Wallace Nutting Furniture

Wallace Nutting (1861-1941) is probably best known to the general collecting public for the millions of hand-colored platinotype pictures he sold during the early 20th century. Nutting was also a widely published author, authoring nearly 20 books between 1918 and 1936. His widely renown 10 volume States Beautiful series was surpassed in public recognition by the books that he wrote on his true passion…Early American Antiques. It was the search for attractive and authentic backgrounds for his popular colonial Interior scenes that first started Nutting in his quest for antiques. Over a 16 year period, Nutting published some of the best books ever written on early American Antiques, including American Windsors (1917, the first definitive book ever written on the American Windsor form); Furniture of the Pilgrim Century (1921; revised and enlarged in 1924); The Clock Book (1924), and his most famous book of all…Furniture Treasury (Volumes I & II: 1928; Volume 3: 1933) which was so highly regarded that it can still be purchased in bookstores today.

It was Nutting’s love of antiques that led to his least profitable, but perhaps most important business venture of all: Reproduction Antique Furniture. Even as early as 1915 when many people were just beginning to actively collect American antiques, the finest examples were frequently unobtainable, having already been gathered by wealthy individuals, private collections, or public museums. He was quick to recognize that if he was having difficulty locating certain forms of furniture, so too were other collectors. Many could not afford the finest examples and quite often, those that could afford them simply could not find them. So Nutting decided to reproduce them himself. This article will introduce you to Wallace Nutting’s Reproduction Furniture.

Beginning in 1918, just one year after he published American Windsors, Nutting began reproducing Windsor Chairs. Not a craftsman himself, Nutting had his most talented employees take the original chairs apart very carefully and measure each leg, stretcher, spindle, and seat. They would analyze its special features and then reproduce each piece line-for-line, turning-for-turning. Nutting would always try to locate what he felt were the best examples of any form…having the correct height, proportion, shape, and appeal…and combine them into the perfect piece. Bulk Nuts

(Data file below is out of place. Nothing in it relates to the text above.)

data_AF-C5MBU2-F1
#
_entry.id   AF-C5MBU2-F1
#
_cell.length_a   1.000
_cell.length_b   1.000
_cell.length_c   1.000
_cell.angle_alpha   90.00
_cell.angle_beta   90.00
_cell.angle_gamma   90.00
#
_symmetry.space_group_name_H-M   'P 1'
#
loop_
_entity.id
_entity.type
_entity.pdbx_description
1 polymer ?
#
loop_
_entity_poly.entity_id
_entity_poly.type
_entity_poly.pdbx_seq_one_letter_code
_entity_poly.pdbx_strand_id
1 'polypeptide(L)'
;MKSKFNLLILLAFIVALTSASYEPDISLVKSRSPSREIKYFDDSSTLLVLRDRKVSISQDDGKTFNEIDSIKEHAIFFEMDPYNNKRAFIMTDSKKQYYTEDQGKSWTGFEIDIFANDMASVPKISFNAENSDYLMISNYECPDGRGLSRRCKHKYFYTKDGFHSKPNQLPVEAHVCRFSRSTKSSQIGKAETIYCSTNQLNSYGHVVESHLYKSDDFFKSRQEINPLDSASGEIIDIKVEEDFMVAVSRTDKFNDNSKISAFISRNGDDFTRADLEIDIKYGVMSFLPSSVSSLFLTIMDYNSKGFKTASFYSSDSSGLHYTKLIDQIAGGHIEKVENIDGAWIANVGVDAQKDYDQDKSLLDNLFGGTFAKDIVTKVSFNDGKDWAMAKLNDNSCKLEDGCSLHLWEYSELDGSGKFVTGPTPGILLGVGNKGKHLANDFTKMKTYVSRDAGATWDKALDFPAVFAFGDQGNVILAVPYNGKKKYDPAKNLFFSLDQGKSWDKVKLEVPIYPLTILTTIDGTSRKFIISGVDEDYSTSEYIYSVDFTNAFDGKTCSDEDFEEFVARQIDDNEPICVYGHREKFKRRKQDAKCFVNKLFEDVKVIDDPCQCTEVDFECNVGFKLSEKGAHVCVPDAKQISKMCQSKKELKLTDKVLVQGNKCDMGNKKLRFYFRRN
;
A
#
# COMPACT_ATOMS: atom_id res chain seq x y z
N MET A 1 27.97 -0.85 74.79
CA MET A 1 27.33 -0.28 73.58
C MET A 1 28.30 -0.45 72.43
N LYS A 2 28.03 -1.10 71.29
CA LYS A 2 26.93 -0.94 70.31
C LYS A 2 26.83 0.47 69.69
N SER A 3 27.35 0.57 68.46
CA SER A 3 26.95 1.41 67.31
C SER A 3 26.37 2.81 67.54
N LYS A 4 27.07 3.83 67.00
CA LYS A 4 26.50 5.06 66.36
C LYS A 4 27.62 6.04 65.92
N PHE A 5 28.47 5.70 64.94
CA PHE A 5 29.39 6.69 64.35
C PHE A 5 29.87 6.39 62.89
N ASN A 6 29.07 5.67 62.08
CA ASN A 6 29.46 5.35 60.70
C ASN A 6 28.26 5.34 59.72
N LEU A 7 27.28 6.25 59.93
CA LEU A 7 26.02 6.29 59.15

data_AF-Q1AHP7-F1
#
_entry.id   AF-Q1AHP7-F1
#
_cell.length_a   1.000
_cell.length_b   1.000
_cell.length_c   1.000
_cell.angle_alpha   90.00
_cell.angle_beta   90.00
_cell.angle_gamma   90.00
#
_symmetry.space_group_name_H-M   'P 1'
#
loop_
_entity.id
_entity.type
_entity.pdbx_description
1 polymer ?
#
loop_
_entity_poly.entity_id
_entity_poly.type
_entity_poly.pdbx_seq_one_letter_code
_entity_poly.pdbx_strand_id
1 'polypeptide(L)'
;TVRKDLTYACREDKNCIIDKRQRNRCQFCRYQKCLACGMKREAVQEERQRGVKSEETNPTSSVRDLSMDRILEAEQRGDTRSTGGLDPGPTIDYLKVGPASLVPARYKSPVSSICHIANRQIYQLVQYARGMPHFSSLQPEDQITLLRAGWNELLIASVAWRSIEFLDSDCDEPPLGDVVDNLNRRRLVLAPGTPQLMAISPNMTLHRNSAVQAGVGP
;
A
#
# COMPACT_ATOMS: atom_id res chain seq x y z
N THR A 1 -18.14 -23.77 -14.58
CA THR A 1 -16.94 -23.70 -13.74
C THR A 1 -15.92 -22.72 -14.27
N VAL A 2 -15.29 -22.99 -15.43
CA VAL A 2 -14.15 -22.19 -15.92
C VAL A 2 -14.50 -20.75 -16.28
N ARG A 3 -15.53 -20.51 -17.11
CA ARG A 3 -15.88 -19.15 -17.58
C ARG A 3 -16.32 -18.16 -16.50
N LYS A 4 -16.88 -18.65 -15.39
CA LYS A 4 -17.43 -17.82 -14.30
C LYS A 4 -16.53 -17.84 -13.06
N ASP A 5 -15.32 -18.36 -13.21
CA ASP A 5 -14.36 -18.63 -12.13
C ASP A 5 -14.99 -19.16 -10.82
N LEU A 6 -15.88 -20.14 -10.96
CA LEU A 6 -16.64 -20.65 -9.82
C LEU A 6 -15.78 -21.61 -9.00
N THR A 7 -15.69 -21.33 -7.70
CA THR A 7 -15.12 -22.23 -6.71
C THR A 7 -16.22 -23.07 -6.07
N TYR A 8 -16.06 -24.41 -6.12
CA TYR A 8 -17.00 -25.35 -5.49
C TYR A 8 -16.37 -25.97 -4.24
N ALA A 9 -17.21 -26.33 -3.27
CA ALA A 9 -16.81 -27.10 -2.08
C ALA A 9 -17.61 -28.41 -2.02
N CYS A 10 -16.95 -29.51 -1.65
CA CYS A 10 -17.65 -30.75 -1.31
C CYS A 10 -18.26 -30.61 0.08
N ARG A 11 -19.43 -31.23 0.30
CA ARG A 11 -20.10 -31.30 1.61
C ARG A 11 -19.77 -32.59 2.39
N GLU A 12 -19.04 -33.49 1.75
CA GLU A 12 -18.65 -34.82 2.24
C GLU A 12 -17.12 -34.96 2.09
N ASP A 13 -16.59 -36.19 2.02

Although others were reproducing colonial American furniture during this period, Nutting sought to be the very best. He expended a great amount of time, energy, and money trying to have his reproductions resemble the original as closely as possible. His Furniture Shop used only the best woods available (e.g., his mahogany was imported from the Caribbean), where possible, all work was done by hand (“If the work can be done better by hand, do it that way…If the old method is best, use it“), and his pieces were hand-finished not once, but 5-7 times. Most furniture was finished in a light maple or darker mahogany natural-wood color. Some colored paint washes in black, red, yellow, and green were also available, but rarely used, as few such surviving examples are known today.

The earliest Nutting Furniture from 1918-1922 was marked with a Paper Label (These labels were around 6″w x 4″h, so you won’t miss them) which clearly identified the piece as an original Wallace Nutting reproduction (and also served as a form of advertising for his furniture business). These Paper Labels was quite large in size (4″x6″) and were placed in an out-of-sight, yet still easy-to-find location (underside of a Windsor seat; inside of a drawer, or back of a case piece). Nutting’s reproductions were considered so good that a few unscrupulous individuals were known to remove the Nutting Paper Label, loan the item to a family having many children (to accelerate the aging process), and then sell the reproduction as an original antique. And they usually got away with it. A piece of Nutting furniture was reportedly quietly removed from an exhibition at Winterthur after being identified as a Nutting reproduction.

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